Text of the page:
Applicants at the gates

Walking backwards across Yale's campus, junior Michael Apuzzo shepherds a flock that hangs on his every word.

Mr. Apuzzo is a Yale University campus tour guide, and mixed among his audience of tourists are high school students like Alizeh Gangji who hope to come back here next time as freshmen.

So when Apuzzo says there are laundry facilities in the basement, Ms. Gangji writes down their location in her spiral notebook like a prospective home buyer. When he mentions that Yale students rub the toe of a statue for good luck, Gangji touches it, too.

Applicants like Gangji need all the help they can find - only 1 in 10 are accepted each year. The school could lock the gates, never host another tour, and the torrent of 18,000 applications would hardly slow.

Still, even Yale feels compelled to market itself to potential applicants. Just don't label the school's low-key approach "salesmanship."

Yale admissions dean Richard Shaw prefers to call it "sharing" information about the school - a process in which tour guides play a vital role.

Mr. Shaw says guides may be the only real Yale student that applicants meet during their whirlwind college tours. "They are the most important people we have," Shaw says. "They are the face visitors see. "It's the front face of the university."

Yale deploys a platoon of 45 tour guides during the school year and half that number during the summer. The competition to be a tour guide is fierce: The acceptance rate is as low as getting into Yale. Applicants face a grueling process that includes an audition, written application, interviews, and mock tours.

Apuzzo says his own experience on a Yale tour prompted him to apply. "A student showed me what life was like inside the gates," he says. "Yale jumped out and said, 'Look how much I have to offer.' "

Before each tour, guests watch a video about Yale at the campus visitors' center. The movie shows students teaching at local after-school programs, playing basketball, rowing, and singing. Interspersed are a few lectures and a professor extolling Yale's liberal arts education. Few parents or students need to be convinced about Yale's academic merits.

Afterwards, Apuzzo leads his three dozen guests through Yale's leafy quads, through an ivy-cloaked dorm and into the cathedral-like main library.

The guests see the dormitory doorway Yale had to widen to accommodate one portly student named William Howard Taft. (Taft had similar trouble at the White House.) They hear much about the secrets of Yale architecture: To make buildings that went up in the early 20th century look as old as European universities such Oxford or Cambridge, the architect went as far as to chip window panes and pour acid on bricks.

What Apuzzo doesn't offer - much to many applicants' chagrin - is the secret to getting in. Even if there were such a thing, Apuzzo says, he's not here to give away the "golden key."

What tour guides do is as much performance as it is informational. At one point, Apuzzo climbs onto a statue of Nathan Hale, America's first spy, and swings by his arm as he tells the legend that Hale was executed by the British with his Yale diploma in his pocket. When Apuzzo is not leading tours, he performs in campus dance and singing groups.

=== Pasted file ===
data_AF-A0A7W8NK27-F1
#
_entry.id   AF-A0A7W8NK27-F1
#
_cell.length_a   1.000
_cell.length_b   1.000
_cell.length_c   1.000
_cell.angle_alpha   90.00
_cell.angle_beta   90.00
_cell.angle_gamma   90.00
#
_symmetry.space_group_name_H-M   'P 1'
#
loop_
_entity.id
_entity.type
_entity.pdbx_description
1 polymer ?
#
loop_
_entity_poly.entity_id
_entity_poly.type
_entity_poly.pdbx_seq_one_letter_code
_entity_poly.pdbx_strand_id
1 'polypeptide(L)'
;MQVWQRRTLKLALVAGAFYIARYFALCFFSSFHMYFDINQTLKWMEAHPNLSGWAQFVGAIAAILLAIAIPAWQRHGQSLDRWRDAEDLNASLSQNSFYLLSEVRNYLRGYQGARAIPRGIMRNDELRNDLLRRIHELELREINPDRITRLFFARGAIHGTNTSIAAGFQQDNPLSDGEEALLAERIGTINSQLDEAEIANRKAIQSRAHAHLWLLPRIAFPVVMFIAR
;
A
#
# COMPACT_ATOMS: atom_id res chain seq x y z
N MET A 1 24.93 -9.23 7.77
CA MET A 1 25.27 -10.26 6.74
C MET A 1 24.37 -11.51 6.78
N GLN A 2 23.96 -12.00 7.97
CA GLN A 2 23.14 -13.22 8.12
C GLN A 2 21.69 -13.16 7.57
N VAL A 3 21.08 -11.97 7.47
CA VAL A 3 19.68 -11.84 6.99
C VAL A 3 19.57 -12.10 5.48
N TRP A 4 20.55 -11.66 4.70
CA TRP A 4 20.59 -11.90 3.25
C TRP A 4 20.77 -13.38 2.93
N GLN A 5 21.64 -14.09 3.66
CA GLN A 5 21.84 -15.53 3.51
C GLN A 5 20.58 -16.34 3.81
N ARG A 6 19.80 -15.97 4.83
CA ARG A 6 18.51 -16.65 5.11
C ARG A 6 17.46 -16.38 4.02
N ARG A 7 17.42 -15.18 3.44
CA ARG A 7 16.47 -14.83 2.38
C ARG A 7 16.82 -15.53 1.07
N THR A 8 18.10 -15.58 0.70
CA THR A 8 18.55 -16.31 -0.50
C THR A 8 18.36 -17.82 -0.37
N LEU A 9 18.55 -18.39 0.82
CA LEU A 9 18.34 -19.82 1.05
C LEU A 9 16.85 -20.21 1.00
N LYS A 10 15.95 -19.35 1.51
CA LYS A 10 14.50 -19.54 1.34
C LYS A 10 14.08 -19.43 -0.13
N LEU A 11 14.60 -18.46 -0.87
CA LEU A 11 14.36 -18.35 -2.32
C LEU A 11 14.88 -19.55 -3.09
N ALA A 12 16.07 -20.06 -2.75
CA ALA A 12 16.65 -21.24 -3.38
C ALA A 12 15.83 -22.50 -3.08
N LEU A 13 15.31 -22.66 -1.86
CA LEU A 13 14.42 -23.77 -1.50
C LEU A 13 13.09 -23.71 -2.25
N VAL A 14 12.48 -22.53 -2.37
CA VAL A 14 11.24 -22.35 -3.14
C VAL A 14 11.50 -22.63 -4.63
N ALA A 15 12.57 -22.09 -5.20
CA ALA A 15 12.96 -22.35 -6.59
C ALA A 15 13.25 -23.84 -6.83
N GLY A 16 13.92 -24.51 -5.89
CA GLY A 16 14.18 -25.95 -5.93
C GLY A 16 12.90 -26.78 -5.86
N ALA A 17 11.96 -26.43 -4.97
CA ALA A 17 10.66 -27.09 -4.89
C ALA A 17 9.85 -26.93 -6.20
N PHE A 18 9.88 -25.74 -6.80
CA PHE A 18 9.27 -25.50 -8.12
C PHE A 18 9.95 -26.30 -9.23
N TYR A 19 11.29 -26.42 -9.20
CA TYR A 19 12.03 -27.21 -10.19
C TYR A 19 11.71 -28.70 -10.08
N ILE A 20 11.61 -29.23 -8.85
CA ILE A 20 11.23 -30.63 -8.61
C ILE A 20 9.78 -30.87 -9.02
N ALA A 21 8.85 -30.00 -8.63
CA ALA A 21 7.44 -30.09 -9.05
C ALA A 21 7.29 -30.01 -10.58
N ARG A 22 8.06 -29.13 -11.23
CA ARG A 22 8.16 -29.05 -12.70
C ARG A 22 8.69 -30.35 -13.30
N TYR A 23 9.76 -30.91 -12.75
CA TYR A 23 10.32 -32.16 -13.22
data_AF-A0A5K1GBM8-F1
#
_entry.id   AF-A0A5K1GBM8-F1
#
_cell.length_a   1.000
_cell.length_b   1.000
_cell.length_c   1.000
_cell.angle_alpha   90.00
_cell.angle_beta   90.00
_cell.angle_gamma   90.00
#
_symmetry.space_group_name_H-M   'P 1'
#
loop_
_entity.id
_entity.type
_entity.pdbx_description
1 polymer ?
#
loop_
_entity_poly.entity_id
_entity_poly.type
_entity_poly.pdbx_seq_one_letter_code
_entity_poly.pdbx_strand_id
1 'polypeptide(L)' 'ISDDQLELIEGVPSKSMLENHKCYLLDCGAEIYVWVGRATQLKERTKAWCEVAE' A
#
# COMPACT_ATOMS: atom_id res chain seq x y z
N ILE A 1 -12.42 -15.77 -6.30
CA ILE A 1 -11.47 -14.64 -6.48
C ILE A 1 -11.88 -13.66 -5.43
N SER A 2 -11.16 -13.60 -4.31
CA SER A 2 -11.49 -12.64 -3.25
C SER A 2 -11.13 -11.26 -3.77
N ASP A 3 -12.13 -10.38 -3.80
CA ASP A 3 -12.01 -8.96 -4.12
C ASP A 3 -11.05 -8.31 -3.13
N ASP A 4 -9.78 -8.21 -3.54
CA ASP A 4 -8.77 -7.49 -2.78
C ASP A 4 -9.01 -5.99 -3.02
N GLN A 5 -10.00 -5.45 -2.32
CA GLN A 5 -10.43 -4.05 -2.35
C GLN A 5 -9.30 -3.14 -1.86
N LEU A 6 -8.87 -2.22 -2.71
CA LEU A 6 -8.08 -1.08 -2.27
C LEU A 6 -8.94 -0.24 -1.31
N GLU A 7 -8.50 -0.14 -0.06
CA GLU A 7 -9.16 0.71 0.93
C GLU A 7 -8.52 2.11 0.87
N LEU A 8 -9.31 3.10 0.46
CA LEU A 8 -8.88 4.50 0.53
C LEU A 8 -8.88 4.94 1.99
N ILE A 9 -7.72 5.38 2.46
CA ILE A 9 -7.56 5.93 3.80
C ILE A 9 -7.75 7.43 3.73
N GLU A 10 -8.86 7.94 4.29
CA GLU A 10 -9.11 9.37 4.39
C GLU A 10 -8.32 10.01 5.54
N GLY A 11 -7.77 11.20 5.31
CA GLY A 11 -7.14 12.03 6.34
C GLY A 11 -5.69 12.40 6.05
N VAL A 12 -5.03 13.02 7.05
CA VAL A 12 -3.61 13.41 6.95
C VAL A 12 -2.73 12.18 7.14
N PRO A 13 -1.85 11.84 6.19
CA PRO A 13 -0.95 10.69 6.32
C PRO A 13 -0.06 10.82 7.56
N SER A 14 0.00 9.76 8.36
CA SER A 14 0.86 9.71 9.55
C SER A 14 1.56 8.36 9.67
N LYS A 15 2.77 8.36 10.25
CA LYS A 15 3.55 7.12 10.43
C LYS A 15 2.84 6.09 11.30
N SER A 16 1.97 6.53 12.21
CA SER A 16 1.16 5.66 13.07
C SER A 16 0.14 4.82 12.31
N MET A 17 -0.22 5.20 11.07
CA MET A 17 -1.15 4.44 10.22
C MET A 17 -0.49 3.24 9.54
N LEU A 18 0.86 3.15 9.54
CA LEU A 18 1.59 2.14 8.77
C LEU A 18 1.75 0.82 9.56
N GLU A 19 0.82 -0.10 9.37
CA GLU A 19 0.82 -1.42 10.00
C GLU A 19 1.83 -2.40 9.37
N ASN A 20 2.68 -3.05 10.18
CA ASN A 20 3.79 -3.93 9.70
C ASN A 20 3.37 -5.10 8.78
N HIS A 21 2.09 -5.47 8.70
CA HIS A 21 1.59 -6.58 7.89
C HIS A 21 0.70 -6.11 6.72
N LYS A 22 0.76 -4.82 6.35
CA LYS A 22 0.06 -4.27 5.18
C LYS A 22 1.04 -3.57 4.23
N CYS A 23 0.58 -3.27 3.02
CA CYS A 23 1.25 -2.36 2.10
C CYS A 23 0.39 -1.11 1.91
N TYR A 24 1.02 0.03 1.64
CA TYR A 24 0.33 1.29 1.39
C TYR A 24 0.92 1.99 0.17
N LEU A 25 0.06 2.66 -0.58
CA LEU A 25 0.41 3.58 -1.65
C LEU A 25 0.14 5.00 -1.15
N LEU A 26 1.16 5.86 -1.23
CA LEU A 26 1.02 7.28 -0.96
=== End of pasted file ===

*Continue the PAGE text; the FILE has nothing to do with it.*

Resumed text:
Tour guide Courtney Amos, a sophomore, mentions the many products with New Haven origins, ranging from the first manufacture of the cotton gin and American pizza to the lollipop and Silly Putty.

That's not what interested Gangji, who is entering her second to last year of high school in Karachi, Pakistan, and is halfway through a three-week tour of Ivy League schools and other universities.

After seeing so many campuses, her concerns are more practical: Where's the laundry? Her mother, Shopha Ispahali, wants to know the average GPA of entering students. Apuzzo doesn't answer.

Apuzzo says that kind of mother-daughter divide is typical. Usually, parents ask more about the academics, while students are more concerned about the social scene. Tourists tend to focus on Yale's secret societies or where President Bush's daughter, currently a Yale student, lives.

Apuzzo touches on one topic of concern gently: Yale's location. "We are in an urban setting, but I don't know any students who feel threatened living in New Haven," Apuzzo says as he shows off the blue distress boxes found on most campuses.

Not every student on the tour is particularly attentive. Some don't know much more about the school than its reputation or the quality of its lacrosse team.

One teen just wants directions to the gift shop and basketball courts.

Then there are visitors from California, who have brought their 8- and 11-year-old sons on a tour of both Yale and Harvard.

For Gangji, the tour reinforces her desire to attend Yale. It's not too big, too far out in the country, or too urban.

Plus, Gangji says, she likes the intimacy of Yale's residential colleges. And her mother likes the "friendly" and "warm" atmosphere as well as the school's emphasis on letting students "fulfill their dreams."

Then again, Gangji and her mother have yet to visit Brown, Harvard, Wellesley, and Williams.

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